Next, the layer 100 is exposed to ultraviolet radiation through a photolithographic mask 102 to form exposed regions 103 and unexposed regions 104 (FIG. 15B). This exposed regions serve as patterns of the bus electrodes in the finished products.

Next, a development process is performed to fix the exposed regions on the first glass substrate 70 (FIG. 15C). These fixed portions in the development process are referred to as a pre-baking electrode structure 105.

Next, the pre-baking electrode structure 105 is baked into the bus electrodes (FIG. 15D). In this process, the pre-baking electrode structure 105 is reduced in the size as can be seen from the comparison between FIGS. 15C and 15D (Note that these figures are slightly exaggerated in their size for purposes of illustration).

In this way, a patterning process according to the photolithographic method using the Ag photosensitive paste is necessarily accompanied by the baking process in order to drive off a resin component in the paste. This process, however, has given rise to a problem of “edge curl phenomenon”. It can be thought that this phenomenon mainly results from the action of the tensile force generated by heating.

FIG. 15D includes an enlarged view of the bus electrodes, which shows this edge curl phenomenon. The edge curl phenomenon, as shown in this figure, is a state where both sides of the pre-baking electrode structure 105 for the bus electrodes are warped upward against the first glass substrate after the baking process. When this phenomenon occurs, it becomes difficult to form the dielectric layer on the portions, and the dielectric layer formed on the portions becomes susceptible to an electrical breakdown because the portions have sharp edges. To address the problem, the edge curl portions of the post-baked bus electrodes and data electrodes may be ground away.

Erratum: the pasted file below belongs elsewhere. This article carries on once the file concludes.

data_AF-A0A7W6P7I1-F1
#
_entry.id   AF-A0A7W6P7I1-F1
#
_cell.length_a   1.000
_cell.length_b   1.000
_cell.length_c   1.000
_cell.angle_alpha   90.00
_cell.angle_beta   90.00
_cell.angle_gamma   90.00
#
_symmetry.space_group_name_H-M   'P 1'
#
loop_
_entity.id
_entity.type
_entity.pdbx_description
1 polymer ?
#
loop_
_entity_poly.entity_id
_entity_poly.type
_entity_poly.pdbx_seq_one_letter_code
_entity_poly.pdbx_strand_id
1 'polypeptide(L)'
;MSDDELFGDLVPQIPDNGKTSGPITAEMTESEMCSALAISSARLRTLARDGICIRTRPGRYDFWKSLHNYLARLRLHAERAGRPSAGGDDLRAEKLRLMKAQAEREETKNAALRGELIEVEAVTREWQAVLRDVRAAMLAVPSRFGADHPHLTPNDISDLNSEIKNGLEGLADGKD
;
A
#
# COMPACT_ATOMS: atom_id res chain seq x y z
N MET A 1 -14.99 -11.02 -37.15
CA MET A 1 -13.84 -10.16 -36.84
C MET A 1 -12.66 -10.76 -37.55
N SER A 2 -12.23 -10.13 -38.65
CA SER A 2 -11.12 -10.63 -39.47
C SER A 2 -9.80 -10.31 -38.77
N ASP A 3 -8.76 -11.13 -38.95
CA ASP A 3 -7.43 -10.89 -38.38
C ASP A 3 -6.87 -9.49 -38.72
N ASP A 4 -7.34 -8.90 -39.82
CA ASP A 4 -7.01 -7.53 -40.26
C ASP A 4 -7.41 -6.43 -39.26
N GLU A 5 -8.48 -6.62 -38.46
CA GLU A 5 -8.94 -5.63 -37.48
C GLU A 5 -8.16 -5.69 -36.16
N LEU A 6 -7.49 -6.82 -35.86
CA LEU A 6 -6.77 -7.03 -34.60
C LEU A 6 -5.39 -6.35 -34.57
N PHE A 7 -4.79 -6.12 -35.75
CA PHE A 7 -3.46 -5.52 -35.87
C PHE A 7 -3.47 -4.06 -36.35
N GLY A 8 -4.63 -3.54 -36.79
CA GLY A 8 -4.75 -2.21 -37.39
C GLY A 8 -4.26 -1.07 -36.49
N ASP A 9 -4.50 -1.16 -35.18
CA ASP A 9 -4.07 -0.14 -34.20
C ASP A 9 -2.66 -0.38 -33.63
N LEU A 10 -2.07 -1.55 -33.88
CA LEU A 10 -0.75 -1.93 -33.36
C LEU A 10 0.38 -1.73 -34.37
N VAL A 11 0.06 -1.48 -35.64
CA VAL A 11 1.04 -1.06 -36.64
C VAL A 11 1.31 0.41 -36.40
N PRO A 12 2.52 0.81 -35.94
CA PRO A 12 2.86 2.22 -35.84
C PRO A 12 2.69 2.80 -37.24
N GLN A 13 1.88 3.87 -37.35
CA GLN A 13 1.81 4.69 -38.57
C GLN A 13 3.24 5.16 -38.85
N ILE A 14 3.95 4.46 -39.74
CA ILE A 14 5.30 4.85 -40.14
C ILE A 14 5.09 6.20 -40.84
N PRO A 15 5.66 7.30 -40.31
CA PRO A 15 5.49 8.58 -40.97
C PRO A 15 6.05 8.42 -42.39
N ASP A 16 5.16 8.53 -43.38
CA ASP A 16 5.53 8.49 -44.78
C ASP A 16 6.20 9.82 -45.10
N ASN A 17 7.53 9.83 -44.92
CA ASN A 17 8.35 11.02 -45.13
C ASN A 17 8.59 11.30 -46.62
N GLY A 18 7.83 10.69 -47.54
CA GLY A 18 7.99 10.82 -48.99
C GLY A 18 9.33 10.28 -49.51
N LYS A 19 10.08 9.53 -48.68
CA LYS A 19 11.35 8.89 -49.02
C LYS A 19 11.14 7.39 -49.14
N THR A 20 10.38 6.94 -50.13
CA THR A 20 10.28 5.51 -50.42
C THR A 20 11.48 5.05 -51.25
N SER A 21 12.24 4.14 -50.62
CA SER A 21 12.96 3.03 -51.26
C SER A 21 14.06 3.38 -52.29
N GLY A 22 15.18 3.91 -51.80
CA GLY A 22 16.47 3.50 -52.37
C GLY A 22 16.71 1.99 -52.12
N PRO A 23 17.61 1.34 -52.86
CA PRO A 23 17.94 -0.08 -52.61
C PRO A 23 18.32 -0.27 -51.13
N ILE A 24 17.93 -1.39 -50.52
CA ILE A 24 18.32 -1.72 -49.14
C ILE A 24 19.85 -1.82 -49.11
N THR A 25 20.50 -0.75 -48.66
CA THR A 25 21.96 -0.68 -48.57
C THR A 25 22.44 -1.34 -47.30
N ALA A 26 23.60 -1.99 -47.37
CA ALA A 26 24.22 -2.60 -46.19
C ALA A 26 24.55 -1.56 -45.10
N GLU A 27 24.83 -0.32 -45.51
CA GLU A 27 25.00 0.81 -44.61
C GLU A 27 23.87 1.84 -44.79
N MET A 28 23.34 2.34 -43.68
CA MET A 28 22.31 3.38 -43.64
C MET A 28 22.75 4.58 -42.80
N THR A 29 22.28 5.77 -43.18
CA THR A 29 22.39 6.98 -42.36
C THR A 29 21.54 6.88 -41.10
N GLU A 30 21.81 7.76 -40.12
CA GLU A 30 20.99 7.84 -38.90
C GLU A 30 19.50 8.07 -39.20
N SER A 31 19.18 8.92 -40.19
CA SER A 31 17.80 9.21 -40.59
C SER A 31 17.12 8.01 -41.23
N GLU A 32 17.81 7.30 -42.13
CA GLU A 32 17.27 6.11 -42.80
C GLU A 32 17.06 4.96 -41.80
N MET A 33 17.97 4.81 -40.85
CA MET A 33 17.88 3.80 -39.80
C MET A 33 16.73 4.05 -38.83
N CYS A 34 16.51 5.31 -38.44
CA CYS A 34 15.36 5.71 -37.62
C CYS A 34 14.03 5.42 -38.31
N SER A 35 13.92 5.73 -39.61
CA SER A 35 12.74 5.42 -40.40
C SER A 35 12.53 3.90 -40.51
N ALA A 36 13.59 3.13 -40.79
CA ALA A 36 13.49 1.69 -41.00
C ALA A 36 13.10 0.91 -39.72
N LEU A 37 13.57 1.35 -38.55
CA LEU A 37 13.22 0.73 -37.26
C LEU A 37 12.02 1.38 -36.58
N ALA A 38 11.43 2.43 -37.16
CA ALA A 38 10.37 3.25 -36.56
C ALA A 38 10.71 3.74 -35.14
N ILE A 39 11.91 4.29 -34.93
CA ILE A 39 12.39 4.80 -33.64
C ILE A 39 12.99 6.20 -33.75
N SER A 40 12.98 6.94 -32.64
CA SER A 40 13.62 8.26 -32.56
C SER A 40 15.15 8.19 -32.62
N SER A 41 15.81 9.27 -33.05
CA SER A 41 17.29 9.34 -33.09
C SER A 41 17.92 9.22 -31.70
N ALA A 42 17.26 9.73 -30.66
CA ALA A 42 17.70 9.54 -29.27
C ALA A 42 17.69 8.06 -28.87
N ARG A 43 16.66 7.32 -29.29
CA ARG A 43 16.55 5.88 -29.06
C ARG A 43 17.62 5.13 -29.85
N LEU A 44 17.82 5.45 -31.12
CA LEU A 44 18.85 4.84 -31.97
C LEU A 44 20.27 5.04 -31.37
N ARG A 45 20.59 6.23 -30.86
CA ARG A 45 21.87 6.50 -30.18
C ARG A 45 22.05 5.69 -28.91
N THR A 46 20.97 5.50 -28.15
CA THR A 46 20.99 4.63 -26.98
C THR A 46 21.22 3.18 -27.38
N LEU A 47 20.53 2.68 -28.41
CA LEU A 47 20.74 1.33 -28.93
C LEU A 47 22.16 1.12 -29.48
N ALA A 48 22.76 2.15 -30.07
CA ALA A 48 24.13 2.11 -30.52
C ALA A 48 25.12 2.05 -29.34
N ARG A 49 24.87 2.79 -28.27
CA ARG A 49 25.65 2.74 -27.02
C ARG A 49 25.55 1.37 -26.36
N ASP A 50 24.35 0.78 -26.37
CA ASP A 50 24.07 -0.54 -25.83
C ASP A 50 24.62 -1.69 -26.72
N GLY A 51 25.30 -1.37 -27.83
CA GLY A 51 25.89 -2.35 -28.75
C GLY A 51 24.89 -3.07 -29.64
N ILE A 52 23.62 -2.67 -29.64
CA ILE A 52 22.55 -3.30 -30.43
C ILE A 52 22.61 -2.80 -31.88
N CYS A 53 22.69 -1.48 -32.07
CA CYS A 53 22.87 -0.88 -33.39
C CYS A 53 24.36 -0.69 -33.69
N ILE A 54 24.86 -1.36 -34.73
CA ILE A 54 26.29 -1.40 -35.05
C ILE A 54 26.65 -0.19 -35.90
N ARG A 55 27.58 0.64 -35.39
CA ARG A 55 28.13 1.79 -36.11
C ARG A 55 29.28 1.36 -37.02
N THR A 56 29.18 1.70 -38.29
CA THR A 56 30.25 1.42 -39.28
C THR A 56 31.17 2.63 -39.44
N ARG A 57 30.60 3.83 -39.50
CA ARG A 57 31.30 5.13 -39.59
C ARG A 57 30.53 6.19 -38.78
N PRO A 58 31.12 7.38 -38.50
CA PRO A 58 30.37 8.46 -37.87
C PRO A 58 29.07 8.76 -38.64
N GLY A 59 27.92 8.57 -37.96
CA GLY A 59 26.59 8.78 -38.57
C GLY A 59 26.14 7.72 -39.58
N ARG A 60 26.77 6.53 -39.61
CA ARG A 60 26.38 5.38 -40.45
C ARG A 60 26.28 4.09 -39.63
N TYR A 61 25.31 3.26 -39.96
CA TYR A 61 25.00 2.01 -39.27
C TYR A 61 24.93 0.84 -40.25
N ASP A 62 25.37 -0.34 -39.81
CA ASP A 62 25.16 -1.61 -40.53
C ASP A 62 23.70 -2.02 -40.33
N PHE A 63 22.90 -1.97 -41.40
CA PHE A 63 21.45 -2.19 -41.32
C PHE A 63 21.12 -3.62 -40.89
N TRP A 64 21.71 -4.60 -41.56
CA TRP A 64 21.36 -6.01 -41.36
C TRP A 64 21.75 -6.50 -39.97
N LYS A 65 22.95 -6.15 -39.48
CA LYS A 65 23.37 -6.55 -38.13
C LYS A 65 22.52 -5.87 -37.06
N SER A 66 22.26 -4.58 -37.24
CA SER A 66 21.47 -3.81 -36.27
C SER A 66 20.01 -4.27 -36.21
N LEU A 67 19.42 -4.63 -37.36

Meanwhile, in case that the bus electrodes provided on the front panel are formed using a substance including Ag as above, incident light is reflected by the bus electrodes due to a relatively large reflectivity of Ag, which remarkably deteriorates a contrast in the image on the panel. To cope with this problem, an optically double-layered structure in which a black-white multiple layer and a white layer is laminated has been in practical use as the bus electrodes provided on the front panel. In this structure, the multiple layer configured so that a metal layer including a black pigment and a metal layer including Ag are laminated (“black-white multiple layer”) is formed on the first glass substrate, and an Ag metal layer of low resistance (“white layer”) is formed thereon.